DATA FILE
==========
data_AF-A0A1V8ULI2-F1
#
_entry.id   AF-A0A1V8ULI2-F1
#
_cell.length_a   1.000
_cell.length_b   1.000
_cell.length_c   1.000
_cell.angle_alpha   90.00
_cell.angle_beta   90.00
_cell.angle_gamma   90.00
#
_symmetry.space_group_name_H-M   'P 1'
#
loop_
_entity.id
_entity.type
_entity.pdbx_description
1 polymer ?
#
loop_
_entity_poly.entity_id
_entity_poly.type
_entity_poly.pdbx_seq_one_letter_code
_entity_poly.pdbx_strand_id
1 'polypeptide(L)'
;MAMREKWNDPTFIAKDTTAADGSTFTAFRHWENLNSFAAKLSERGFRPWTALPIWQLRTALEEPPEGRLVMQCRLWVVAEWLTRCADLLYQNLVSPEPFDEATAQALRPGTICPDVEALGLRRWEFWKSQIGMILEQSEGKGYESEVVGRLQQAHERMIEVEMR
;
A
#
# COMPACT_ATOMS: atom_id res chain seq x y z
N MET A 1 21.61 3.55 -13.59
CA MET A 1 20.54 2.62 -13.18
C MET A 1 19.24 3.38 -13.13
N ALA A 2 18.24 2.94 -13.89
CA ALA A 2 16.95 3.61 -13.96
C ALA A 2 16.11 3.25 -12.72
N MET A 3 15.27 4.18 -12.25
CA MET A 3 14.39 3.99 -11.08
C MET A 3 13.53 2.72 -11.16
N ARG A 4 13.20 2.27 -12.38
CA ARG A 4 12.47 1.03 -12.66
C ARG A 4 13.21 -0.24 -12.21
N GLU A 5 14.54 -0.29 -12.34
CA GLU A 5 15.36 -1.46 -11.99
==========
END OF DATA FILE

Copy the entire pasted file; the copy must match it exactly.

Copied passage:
data_AF-A0A1V8ULI2-F1
#
_entry.id   AF-A0A1V8ULI2-F1
#
_cell.length_a   1.000
_cell.length_b   1.000
_cell.length_c   1.000
_cell.angle_alpha   90.00
_cell.angle_beta   90.00
_cell.angle_gamma   90.00
#
_symmetry.space_group_name_H-M   'P 1'
#
loop_
_entity.id
_entity.type
_entity.pdbx_description
1 polymer ?
#
loop_
_entity_poly.entity_id
_entity_poly.type
_entity_poly.pdbx_seq_one_letter_code
_entity_poly.pdbx_strand_id
1 'polypeptide(L)'
;MAMREKWNDPTFIAKDTTAADGSTFTAFRHWENLNSFAAKLSERGFRPWTALPIWQLRTALEEPPEGRLVMQCRLWVVAEWLTRCADLLYQNLVSPEPFDEATAQALRPGTICPDVEALGLRRWEFWKSQIGMILEQSEGKGYESEVVGRLQQAHERMIEVEMR
;
A
#
# COMPACT_ATOMS: atom_id res chain seq x y z
N MET A 1 21.61 3.55 -13.59
CA MET A 1 20.54 2.62 -13.18
C MET A 1 19.24 3.38 -13.13
N ALA A 2 18.24 2.94 -13.89
CA ALA A 2 16.95 3.61 -13.96
C ALA A 2 16.11 3.25 -12.72
N MET A 3 15.27 4.18 -12.25
CA MET A 3 14.39 3.99 -11.08
C MET A 3 13.53 2.72 -11.16
N ARG A 4 13.20 2.27 -12.38
CA ARG A 4 12.47 1.03 -12.66
C ARG A 4 13.21 -0.24 -12.21
N GLU A 5 14.54 -0.29 -12.34
CA GLU A 5 15.36 -1.46 -11.99